Will “Life is Beautiful” crack my Best War Movies list?  No, because it is my list and I don’t care what the critics or the Academy Awards have to say.  I also reserve the right to opine that Roberto Begnini is not funny and this movie is a misfire.  Is it too soon for a humorous Holocaust movie?  It will always be too soon.


Friday, February 2, 2018

Picture, Quote, Movie #29

1.  What movie is the picture from?
2.  What movie is the quote from?
"Do you wanna explain the math of this to me, what's the sense in risking eight guys to save one?"
3.  What movie is this?
It is an old school war movie from 1941. It was directed by Raoul Walsh and was the eighth and last screen pairing of Errol Flynn and Olivia de Havilland. It was a huge box office hit. Two stunt men were killed in the filming of charges. One impaled himself on his sword as he fell from his horse.

Monday, January 29, 2018

CRACKER? Eye in the Sky (2015)

Don't ask me how this movie slipped through the cracks.  I saw it in the theater and it should have been part of my "Now Showing" series.

                “Eye in the Sky” is a movie about drone warfare.  It examines the moral dilemmas this new type of warfare sometimes precipitates.  Once again I had to travel to Austin, Texas to view a new war movie.  Apparently, Louisiana is not a hot spot for war movies with limited release.  This is the third time a trip to visit my sister has had the benefit of seeing a good war movie in a theater.  The other two movies were “The Hurt Locker” and “’71”.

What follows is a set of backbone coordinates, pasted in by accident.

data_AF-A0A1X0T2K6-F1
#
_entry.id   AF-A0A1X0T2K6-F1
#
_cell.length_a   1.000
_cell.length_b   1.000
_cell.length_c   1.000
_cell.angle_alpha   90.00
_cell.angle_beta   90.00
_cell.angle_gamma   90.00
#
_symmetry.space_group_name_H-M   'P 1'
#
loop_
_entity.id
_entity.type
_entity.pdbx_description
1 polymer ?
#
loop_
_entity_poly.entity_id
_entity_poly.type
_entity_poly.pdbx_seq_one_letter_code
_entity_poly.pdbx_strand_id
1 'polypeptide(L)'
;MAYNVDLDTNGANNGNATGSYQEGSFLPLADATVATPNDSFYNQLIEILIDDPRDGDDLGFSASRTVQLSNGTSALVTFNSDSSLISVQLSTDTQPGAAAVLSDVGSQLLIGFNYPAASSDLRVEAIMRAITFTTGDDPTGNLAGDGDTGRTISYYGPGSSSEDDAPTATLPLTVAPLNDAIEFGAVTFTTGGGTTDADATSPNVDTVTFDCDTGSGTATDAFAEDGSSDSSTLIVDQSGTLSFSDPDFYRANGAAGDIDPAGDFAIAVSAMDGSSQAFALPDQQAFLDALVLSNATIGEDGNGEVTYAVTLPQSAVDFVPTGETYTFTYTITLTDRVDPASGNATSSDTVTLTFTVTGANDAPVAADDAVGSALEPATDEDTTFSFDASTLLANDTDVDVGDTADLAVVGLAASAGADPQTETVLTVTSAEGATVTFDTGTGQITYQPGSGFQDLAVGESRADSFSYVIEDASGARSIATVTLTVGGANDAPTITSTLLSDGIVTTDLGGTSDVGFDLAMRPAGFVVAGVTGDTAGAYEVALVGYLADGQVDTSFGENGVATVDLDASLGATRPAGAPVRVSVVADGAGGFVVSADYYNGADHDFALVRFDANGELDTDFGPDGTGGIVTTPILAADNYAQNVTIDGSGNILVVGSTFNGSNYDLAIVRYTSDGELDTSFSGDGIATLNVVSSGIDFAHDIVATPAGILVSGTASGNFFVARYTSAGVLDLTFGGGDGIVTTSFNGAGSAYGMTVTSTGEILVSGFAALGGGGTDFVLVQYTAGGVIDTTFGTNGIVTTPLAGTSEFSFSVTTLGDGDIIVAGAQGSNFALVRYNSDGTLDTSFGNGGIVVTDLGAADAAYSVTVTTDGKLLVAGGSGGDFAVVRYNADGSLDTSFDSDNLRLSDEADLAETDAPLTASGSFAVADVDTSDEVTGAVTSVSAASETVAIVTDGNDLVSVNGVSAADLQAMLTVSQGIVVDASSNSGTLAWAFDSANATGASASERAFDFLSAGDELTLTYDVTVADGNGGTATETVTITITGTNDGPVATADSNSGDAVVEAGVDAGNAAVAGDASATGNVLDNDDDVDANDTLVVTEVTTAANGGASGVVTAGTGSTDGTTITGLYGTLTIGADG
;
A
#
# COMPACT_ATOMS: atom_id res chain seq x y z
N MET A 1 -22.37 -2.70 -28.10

“Eye in the Sky” was directed by Gavin Hood (“Ender’s Game”).  He used locations in his home country of South Africa.  Screenwriter Guy Hibbert was interested in depicting the involvement of the “kill chain” in the implementation of drone targeting.  His script shifts between the various locations of the military personnel and politicians.  In the first five minutes of the film, we jump to five different locales.  All of the locales are tied in via modern technology so all the participants are watching the event unfold and can have input.

                The movie opens with a quote from Aeschylus:  “In war, truth is the first casualty.”  British Colonel Katherine Powell (Helen Mirren) is heading a mission to capture some high profile terrorist targets in Kenya.  The big fish are two British nationals (husband and wife) who have joined the Al Shabaab terrorist organization.  Powell is especially interested in the woman, who she has been tracking for six years.  The suspects have been located in a safe house in Nairobi and the Kenyan special forces are set to raid it.  Powell’s team uses an ornithopter (a radio-controlled cybird with a camera) to get visual identification of the woman, Susan Helen Danford.  Unfortunately for Powell, Danford and several other targets leave the house to go to another location in an Al Shabaab-dominated neighborhood.  This change of venue is monitored by a Reaper drone crew located at Creech Air Force Base in Nevada.  In this case, a insectothopter (a cybug with a camera) is used to infiltrate the house.  The beetlecam discovers that the terrorists are gearing up for a suicide-vest bombing.  Since the special forces cannot realistically storm the house, the mission now shifts from capture to kill.  And politicians get involved.